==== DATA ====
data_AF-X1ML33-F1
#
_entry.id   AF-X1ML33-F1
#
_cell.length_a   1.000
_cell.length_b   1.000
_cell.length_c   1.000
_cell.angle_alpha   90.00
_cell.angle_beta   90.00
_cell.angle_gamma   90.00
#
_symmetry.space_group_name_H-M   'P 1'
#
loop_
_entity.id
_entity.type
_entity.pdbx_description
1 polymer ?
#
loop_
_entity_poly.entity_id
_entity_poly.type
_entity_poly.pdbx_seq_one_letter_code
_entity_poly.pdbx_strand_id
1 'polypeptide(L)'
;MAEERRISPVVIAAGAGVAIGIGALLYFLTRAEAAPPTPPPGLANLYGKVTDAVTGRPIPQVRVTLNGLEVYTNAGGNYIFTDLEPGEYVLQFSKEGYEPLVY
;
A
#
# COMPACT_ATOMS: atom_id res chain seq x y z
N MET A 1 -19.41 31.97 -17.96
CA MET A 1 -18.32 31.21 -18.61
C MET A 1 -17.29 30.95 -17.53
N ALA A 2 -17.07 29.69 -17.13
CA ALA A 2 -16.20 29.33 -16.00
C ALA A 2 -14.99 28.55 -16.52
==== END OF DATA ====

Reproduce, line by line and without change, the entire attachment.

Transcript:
data_AF-X1ML33-F1
#
_entry.id   AF-X1ML33-F1
#
_cell.length_a   1.000
_cell.length_b   1.000
_cell.length_c   1.000
_cell.angle_alpha   90.00
_cell.angle_beta   90.00
_cell.angle_gamma   90.00
#
_symmetry.space_group_name_H-M   'P 1'
#
loop_
_entity.id
_entity.type
_entity.pdbx_description
1 polymer ?
#
loop_
_entity_poly.entity_id
_entity_poly.type
_entity_poly.pdbx_seq_one_letter_code
_entity_poly.pdbx_strand_id
1 'polypeptide(L)'
;MAEERRISPVVIAAGAGVAIGIGALLYFLTRAEAAPPTPPPGLANLYGKVTDAVTGRPIPQVRVTLNGLEVYTNAGGNYIFTDLEPGEYVLQFSKEGYEPLVY
;
A
#
# COMPACT_ATOMS: atom_id res chain seq x y z
N MET A 1 -19.41 31.97 -17.96
CA MET A 1 -18.32 31.21 -18.61
C MET A 1 -17.29 30.95 -17.53
N ALA A 2 -17.07 29.69 -17.13
CA ALA A 2 -16.20 29.33 -16.00
C ALA A 2 -14.99 28.55 -16.52